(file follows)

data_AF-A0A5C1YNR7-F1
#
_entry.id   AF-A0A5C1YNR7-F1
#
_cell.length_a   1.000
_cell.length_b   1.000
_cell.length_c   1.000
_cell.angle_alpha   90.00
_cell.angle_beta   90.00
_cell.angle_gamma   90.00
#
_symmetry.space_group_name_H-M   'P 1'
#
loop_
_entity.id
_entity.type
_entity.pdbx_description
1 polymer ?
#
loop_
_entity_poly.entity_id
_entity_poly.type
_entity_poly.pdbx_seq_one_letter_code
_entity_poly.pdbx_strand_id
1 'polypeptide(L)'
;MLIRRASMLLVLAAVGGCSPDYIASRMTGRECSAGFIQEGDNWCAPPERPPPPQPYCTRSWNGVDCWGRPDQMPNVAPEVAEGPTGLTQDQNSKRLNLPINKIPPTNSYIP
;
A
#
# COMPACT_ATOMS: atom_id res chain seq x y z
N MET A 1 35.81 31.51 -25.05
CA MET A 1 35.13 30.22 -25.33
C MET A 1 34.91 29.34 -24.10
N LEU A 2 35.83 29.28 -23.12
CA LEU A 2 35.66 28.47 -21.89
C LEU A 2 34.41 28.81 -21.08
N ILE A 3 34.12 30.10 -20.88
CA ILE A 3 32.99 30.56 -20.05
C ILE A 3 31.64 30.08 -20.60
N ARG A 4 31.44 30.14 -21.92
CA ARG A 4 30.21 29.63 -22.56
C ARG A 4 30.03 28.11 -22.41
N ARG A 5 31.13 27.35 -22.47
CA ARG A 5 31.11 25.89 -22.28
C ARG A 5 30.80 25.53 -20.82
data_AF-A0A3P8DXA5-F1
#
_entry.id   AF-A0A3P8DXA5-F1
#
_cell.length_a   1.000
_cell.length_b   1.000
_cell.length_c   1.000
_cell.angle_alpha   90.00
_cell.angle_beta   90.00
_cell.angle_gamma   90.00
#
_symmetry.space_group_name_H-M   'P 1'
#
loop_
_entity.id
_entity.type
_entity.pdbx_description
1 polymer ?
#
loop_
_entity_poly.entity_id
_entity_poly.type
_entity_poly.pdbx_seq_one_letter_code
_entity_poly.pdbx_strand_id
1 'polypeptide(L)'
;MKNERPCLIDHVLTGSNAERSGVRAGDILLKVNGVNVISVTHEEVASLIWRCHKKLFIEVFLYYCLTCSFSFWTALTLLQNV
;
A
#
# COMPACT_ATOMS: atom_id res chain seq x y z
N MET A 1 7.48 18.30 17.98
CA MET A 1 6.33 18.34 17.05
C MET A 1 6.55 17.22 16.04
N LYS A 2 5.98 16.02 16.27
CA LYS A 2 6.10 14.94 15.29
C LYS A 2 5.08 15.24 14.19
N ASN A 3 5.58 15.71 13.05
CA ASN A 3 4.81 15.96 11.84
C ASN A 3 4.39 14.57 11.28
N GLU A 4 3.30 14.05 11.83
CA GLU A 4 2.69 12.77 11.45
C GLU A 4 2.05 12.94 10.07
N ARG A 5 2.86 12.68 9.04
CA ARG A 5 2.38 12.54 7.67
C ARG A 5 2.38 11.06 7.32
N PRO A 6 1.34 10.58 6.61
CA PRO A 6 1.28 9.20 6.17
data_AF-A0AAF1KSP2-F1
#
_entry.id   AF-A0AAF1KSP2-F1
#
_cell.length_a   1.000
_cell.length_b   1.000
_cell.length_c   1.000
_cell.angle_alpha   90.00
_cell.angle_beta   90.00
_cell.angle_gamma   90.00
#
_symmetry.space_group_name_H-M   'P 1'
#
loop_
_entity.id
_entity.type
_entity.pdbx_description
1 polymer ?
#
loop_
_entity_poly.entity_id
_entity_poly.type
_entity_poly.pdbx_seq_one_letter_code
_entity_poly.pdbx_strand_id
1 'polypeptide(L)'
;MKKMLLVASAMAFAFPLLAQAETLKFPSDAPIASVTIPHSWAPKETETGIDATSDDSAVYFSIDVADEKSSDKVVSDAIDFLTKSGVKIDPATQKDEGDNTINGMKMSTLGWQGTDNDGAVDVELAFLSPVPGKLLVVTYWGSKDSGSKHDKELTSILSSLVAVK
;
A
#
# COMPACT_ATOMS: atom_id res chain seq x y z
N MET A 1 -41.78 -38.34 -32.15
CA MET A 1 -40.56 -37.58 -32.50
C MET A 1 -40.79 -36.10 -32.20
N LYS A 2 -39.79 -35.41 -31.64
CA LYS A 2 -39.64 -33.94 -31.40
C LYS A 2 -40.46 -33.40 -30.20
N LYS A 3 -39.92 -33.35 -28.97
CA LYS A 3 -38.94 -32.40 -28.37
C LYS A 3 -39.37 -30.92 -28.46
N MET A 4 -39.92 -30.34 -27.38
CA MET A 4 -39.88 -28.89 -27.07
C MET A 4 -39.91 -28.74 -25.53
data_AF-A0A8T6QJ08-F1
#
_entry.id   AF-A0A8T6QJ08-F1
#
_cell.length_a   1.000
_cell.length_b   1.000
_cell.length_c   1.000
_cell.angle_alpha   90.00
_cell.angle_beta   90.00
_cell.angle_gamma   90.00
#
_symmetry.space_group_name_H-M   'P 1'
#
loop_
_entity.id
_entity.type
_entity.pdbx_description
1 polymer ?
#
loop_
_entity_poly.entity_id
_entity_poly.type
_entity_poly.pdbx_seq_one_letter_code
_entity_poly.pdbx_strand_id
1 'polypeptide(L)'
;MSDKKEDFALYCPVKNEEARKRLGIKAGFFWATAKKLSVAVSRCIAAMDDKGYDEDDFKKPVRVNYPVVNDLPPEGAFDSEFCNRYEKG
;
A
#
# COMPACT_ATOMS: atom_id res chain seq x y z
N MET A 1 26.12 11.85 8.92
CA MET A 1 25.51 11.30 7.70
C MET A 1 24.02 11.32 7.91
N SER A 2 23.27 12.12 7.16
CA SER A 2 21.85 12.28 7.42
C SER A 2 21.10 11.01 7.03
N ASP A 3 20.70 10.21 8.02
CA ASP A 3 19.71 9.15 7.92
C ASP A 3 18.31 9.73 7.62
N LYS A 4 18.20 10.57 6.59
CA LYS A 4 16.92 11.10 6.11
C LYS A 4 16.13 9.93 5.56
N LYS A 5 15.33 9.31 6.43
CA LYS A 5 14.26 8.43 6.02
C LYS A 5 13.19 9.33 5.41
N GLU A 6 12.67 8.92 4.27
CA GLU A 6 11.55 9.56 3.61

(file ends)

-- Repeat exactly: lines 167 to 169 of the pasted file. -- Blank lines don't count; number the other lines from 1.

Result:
C MET A 1 24.02 11.32 7.91
N SER A 2 23.27 12.12 7.16
CA SER A 2 21.85 12.28 7.42